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Unformatted text preview: (k − λ)λk−1 e−λ ,
so the likelihood is increasing in λ for λ < k and decreasing in λ for λ > k ; the likelihood is
maximized at λ = k. Thus, λM L (k ) = k. If k = 0, the likelihood is e−λ , which is maximized by
λ = 0, so λM L (k ) = k for all k ≥ 0. 2.8 Maximum likelihood parameter estimation Sometimes when we devise a probability model for some situation we have a reason to use a
particular type of probability distribution, but there may be a parameter that has to be selected.
A common approach is to collect some data and then estimate the parameter using the observed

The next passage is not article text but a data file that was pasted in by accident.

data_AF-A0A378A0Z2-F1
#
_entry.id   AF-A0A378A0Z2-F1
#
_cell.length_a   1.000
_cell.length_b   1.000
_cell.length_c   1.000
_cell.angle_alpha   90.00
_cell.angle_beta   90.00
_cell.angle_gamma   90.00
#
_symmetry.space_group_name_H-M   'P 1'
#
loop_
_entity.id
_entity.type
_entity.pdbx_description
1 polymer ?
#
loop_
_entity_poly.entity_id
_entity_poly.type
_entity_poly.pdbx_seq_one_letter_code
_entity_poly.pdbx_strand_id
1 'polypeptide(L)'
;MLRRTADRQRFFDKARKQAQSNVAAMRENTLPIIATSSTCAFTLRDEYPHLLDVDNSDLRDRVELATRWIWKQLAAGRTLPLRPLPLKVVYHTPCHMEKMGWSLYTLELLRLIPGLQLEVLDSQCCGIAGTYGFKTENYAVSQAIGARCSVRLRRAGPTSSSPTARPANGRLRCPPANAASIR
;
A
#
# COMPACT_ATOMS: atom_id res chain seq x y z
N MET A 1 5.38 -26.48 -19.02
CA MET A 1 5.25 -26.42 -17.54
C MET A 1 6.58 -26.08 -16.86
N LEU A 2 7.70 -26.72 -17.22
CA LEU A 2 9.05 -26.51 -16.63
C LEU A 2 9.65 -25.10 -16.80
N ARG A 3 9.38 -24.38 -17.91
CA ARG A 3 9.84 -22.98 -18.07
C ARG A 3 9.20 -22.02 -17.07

data. For example, suppose the parameter is θ, and suppose that an observation is given with pmf
pθ that depends on θ. If the observed value is k, then the likelihood (i.e. probability) that X = k
is pθ (k ). The maximum likelihood estimate of θ for observation k , denoted by θM L (k ), is the value
of θ that maximizes the likelihood, pθ (k ).
Example 2.8.1 Suppose a bent coin is given to a student. The coin is badly bent, but the student
can still ﬂip the coin and see whether it shows heads or tai...
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This note was uploaded on 02/09/2014 for the course ISYE 2027 taught by Professor Zahrn during the Spring '08 term at Georgia Institute of Technology.
- Spring '08
- The Land